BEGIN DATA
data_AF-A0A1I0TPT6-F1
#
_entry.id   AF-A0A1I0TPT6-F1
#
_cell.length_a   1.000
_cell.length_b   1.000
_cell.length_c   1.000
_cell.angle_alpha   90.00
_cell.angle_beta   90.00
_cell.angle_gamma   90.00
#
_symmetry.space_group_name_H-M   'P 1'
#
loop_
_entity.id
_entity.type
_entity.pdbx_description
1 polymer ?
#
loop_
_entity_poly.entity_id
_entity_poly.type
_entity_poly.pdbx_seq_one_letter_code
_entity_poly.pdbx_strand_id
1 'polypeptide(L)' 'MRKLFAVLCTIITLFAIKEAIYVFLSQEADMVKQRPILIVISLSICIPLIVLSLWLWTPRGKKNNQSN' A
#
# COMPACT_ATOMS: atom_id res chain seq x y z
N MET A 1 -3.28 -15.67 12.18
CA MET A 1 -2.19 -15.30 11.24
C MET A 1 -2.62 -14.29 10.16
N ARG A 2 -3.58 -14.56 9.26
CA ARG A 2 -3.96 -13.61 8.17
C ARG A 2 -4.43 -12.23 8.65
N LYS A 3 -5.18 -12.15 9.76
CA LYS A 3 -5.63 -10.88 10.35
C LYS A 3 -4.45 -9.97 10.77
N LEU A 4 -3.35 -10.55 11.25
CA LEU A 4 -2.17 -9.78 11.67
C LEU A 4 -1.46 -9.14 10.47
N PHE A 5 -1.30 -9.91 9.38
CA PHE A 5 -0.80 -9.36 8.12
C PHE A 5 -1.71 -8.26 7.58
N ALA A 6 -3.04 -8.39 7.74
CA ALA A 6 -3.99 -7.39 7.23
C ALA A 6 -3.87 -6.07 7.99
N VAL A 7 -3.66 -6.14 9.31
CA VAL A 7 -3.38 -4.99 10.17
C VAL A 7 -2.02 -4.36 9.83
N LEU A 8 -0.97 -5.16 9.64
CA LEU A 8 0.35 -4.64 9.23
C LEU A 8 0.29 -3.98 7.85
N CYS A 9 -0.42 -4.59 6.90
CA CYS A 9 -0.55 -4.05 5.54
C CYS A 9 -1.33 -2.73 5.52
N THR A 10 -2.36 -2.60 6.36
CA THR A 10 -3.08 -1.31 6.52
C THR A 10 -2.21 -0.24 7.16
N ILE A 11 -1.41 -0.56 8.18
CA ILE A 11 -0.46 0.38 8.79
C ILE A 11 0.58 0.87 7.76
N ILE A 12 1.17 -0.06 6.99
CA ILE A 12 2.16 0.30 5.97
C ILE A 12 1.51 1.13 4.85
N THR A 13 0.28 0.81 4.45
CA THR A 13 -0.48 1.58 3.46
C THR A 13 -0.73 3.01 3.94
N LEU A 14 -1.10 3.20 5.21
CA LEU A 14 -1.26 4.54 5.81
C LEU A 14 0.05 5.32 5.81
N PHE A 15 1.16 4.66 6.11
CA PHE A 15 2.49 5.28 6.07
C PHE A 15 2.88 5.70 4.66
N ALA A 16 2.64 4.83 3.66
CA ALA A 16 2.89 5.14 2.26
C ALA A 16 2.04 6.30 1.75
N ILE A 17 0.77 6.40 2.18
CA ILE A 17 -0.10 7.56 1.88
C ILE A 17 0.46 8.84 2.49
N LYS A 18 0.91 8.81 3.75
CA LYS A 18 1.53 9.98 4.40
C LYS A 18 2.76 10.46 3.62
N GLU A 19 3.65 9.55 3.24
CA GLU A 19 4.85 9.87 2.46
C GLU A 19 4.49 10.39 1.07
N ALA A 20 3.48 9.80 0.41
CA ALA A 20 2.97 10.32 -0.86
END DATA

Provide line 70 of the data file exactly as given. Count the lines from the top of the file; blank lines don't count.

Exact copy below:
N PHE A 15 1.16 4.66 6.11